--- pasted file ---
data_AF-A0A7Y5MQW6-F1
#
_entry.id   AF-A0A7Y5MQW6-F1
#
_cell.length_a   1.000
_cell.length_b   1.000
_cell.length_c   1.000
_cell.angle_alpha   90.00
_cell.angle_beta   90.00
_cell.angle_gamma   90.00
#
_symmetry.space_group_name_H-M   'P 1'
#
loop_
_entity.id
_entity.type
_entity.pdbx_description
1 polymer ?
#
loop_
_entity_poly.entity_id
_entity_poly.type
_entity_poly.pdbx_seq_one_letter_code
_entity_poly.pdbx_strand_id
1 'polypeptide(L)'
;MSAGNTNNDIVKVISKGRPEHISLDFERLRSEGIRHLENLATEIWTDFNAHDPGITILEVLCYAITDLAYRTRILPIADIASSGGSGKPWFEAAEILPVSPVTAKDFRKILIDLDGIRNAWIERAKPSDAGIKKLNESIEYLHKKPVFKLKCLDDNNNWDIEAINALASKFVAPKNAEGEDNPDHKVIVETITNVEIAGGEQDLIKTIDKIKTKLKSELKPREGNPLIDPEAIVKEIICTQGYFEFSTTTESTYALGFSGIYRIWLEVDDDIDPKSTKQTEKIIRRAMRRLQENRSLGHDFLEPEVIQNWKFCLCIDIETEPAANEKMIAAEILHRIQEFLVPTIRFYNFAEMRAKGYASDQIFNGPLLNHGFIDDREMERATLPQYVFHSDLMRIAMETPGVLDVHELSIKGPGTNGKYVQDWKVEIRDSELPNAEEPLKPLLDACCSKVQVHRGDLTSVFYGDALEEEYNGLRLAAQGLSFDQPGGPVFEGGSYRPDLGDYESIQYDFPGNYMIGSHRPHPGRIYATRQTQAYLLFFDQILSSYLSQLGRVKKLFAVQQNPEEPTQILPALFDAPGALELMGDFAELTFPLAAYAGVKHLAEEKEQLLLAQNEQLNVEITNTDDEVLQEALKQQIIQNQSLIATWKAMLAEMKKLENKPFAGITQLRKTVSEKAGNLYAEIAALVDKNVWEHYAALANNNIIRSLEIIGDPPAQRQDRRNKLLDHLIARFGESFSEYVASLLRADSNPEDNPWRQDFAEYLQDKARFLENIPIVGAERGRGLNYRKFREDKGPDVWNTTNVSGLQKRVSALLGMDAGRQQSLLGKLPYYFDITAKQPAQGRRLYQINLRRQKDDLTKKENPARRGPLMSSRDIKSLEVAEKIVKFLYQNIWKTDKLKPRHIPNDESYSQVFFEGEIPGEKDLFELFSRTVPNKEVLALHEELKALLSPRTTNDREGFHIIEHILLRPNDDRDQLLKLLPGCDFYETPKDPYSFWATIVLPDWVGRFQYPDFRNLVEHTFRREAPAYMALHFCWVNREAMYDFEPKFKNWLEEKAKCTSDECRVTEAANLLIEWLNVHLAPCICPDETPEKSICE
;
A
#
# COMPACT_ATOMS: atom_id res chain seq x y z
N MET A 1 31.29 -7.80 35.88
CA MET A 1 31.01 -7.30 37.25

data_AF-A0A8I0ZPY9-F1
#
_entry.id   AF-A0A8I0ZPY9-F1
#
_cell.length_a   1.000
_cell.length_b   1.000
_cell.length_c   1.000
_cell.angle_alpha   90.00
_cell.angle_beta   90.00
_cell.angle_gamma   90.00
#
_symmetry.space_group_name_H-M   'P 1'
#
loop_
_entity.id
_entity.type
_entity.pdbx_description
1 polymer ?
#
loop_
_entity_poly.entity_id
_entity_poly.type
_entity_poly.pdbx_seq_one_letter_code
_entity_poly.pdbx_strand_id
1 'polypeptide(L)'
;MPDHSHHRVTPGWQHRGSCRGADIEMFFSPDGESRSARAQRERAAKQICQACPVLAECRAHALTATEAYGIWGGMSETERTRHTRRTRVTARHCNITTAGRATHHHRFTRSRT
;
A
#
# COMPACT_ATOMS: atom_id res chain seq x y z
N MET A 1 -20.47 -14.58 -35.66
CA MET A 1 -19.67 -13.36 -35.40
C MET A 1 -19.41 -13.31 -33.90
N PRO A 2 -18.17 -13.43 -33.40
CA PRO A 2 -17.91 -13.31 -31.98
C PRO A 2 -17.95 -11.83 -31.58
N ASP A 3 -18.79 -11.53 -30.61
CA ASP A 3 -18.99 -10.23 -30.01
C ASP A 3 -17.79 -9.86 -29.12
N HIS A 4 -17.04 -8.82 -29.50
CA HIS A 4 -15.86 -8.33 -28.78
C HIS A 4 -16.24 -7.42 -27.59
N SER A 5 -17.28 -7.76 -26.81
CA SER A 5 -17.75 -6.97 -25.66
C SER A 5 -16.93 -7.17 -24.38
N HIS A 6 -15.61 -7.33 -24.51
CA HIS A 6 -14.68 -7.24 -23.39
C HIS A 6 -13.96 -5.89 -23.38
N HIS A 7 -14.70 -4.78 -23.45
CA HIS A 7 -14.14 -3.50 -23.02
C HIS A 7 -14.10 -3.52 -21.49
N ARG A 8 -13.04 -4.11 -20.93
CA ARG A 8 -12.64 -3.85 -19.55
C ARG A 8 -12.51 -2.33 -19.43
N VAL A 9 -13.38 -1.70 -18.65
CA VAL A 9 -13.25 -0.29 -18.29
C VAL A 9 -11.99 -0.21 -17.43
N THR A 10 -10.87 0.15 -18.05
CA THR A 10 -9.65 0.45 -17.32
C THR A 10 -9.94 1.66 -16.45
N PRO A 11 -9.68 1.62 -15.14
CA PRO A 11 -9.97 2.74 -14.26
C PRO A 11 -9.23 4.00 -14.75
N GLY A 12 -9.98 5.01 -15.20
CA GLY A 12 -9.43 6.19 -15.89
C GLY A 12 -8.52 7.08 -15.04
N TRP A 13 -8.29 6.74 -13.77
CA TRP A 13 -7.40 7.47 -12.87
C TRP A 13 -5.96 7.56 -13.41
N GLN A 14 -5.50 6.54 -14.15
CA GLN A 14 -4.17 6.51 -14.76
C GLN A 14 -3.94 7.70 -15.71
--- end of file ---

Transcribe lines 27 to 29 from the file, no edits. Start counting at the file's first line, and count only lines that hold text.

;
A
#